Some people are Nikon fans. Some people are Canon fans. I was drawn to Nikon and I have owned four Nikon film cameras in the years I have been taking photographs. I had an FE and then an F90x, and then an FM2n. Now I have an F100.
The FE and the FM2n are manual focus cameras and very simple to use. You put the film in, set the film speed, and shoot.
With the FM2n, you have to frame the subject and then change the aperture or speed until the meter in the viewfinder tells you that the exposure is correct.
The FE makes life a bit easier for you with a semi-automatic setting in Aperture Priority.
The F90x is an autofocus camera, and pretty straightforward to use.
I sold the FE when I got the F90x.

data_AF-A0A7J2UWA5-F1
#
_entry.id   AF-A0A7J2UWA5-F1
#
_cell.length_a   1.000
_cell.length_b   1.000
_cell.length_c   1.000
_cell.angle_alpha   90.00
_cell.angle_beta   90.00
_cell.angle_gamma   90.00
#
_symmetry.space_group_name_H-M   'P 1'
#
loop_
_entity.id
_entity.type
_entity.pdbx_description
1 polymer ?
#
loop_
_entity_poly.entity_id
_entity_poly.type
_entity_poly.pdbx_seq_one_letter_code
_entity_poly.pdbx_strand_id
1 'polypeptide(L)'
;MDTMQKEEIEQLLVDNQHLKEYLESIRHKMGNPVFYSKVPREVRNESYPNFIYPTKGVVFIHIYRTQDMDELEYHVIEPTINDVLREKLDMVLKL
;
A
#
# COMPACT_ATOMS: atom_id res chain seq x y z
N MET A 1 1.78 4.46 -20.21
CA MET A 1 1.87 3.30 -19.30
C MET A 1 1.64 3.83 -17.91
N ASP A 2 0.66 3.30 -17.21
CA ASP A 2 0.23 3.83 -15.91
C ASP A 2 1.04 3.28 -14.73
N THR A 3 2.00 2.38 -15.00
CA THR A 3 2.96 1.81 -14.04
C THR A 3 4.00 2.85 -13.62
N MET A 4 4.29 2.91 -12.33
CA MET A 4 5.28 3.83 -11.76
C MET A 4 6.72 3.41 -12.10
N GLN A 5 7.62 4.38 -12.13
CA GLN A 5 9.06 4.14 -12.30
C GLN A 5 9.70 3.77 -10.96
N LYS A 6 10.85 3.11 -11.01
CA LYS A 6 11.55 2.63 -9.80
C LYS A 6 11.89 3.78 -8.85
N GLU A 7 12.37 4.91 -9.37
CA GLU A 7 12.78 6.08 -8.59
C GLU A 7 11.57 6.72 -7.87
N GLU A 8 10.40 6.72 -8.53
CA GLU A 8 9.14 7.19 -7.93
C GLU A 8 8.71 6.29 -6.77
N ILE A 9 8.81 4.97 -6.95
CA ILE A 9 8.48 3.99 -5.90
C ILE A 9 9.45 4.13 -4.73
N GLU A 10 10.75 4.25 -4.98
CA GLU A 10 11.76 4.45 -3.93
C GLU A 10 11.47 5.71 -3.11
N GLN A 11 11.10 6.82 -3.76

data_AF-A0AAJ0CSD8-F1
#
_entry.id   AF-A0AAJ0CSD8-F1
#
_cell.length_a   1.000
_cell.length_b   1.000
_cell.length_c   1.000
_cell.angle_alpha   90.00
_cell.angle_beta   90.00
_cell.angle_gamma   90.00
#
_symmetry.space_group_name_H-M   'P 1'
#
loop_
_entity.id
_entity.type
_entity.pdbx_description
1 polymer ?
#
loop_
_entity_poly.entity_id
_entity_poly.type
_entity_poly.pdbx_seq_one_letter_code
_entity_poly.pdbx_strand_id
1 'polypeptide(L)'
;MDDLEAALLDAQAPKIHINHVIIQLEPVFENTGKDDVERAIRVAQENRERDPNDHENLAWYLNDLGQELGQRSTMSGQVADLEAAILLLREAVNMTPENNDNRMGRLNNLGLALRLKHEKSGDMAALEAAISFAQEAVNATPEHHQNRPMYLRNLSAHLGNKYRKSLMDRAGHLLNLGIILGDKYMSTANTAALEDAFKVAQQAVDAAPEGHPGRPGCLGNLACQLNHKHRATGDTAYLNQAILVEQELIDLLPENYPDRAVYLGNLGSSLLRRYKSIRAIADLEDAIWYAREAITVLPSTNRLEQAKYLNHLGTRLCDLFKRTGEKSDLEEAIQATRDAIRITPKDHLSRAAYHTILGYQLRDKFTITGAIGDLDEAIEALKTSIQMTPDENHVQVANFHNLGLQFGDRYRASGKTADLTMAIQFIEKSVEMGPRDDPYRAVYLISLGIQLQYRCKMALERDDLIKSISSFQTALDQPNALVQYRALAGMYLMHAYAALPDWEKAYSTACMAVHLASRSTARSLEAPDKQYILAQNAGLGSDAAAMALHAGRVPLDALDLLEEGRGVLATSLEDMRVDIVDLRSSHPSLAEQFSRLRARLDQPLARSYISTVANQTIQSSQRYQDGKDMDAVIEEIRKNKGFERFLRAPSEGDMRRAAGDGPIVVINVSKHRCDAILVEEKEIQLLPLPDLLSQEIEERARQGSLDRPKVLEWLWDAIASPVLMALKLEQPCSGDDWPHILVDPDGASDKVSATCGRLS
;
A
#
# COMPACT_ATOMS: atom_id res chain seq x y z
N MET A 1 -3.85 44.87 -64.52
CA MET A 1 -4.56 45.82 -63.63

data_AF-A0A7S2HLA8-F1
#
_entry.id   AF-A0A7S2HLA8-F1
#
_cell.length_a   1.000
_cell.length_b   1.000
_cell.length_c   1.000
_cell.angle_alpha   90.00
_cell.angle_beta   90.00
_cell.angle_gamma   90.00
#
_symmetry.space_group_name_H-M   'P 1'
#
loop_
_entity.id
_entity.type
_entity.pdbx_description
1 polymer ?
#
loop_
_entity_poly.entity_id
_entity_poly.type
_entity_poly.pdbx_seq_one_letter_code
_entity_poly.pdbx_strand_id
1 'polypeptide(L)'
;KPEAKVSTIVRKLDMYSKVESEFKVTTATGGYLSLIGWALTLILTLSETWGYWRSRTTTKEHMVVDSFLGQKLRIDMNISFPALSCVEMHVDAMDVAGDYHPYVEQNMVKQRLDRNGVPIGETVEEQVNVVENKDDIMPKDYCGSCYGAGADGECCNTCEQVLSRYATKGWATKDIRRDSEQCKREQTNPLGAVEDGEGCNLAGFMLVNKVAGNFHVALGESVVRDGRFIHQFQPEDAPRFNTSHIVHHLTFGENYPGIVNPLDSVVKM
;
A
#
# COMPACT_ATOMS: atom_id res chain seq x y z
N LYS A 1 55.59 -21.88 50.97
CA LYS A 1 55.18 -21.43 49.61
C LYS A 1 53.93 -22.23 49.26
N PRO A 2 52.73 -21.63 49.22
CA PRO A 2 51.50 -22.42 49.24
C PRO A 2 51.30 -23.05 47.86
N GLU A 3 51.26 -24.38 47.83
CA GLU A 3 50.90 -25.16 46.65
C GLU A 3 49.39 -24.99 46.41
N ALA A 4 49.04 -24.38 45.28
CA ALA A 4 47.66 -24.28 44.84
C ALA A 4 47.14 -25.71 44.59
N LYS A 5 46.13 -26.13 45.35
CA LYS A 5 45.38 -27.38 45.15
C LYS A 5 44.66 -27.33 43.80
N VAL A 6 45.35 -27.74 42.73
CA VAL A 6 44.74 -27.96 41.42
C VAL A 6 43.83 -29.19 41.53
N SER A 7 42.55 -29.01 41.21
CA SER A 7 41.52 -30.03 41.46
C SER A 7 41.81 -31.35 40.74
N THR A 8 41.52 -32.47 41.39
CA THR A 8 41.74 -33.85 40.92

Then I sold the F90x when I stopped shooting film.
I bought the FMn2 much more recently – when I decided to start shooting film again.
Except I didn’t shoot any film with the FMn2 except a test roll to make sure it worked OK before I sold it on.
Recently however, with the move to live in Edinburgh, I have access to the darkroom at Stills – Scotland’s Centre For Photograpy, which is located here in Edinburgh.
I plan to write more about Stills in a subsequent post. For now though I want to talk about the F100.
It is an autofocus camera and a completely different beast to the other cameras I owned.
The Story So Far
I have shot just one roll of film with it so far, and I used my Nikon 105mm f2 DC lens.
The 105mm Nikon is a heavy, metal lens, very sharp, and top of the range in its day.
The ‘DC’ stands for ‘defocus control’ which means that you can change the degree of fall-off of the out-of-focus areas. The attractiveness or otherwise of the fall-off is called bokeh, and if you google for it, you’ll find lots of discussions about it.